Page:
He was also responsible for arranging Choral Evensongs for full choirs from local churches with an afternoon rehearsal and these took place in a range of churches. Typical; of Graham’s organisation, seldom did anything go wrong.   Sad to say such courses no longer take place due to the lack of children who now follow other interests on Sunday mornings.

Over the years Graham has been part of the lifeblood of the worship at St. Mary’s.   His knowledge of liturgy, organisational skill,s, commitment and enthusiasm have ensured the smooth running of the services in this church.  

One final recall, a number of past choir members here tonight will remember learning one of our first big anthems – “O Thou the Central Orb”.   We learnt it note by note, phrase by phrase, week by week.   Even after this long passage of time, it could be 30 plus years ago, I am sure that we could sing it to-day without any reference to words or music so thoroughly were we coached.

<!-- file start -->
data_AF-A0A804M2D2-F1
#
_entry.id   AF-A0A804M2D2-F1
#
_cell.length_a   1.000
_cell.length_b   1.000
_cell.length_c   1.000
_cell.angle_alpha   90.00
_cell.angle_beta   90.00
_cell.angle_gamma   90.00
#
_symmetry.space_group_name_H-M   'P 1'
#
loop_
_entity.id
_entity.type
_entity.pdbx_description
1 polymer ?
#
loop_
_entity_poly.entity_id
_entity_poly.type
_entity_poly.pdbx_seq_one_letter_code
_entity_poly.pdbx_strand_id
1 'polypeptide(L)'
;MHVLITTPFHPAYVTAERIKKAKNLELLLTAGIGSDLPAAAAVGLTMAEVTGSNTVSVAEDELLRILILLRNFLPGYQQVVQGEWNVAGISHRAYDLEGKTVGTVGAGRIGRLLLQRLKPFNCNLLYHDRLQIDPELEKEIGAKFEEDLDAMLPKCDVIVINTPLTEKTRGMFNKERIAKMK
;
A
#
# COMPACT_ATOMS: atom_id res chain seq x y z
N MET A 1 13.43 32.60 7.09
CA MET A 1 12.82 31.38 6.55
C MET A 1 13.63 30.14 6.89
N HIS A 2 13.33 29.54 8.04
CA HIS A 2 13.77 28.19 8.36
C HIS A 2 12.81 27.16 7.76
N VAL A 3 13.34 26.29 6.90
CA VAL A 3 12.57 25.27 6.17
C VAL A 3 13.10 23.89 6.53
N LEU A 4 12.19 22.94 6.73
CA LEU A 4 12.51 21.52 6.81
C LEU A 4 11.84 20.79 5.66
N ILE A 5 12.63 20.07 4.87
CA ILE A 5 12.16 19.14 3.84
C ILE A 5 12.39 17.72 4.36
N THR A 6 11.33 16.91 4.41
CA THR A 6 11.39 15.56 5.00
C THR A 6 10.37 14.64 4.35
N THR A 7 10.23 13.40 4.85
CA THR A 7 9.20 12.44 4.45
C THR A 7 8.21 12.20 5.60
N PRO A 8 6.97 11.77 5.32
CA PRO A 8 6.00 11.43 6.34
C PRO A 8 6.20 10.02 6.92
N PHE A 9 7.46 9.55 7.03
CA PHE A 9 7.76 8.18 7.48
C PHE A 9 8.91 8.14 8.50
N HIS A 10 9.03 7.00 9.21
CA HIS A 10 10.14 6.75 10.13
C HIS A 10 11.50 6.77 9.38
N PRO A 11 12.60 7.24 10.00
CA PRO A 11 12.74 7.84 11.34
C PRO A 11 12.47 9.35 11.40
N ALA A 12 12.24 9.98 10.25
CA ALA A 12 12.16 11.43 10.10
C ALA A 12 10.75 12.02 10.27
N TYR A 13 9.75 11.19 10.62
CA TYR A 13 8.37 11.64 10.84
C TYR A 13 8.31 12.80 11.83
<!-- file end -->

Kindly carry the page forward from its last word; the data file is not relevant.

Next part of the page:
Thank you Graham for what you have accomplished over the years.

Tony Forsgate 25th April 2015

 

Awarded a BEM in 2018 for services to Church Music

In the 2018 New Year’s Honours List, Graham’s long and outstanding services to Church music was recognised by being awarded a British Empire Medal (BEM). He has played the organ at St Mary’s for over 50 years, has been Director of Music at St Mary’s for over 40 years, has led the St Mary’s Singers as its Director of Music since its beginning and at such events as Carols on the Quay. Graham has worked as an Area volunteer for the Royal School of Church Music within Essex and beyond for over 40 years.  He has organised many supportive training and singing events for church musicians throughout the county.  This has also involved running the Harwich residential choir weekends, giving the opportunity to many young choristers to learn and perform church music to a high standard.

Peter Hill, 31st December 2017

 

This page was added on 01/05/2015.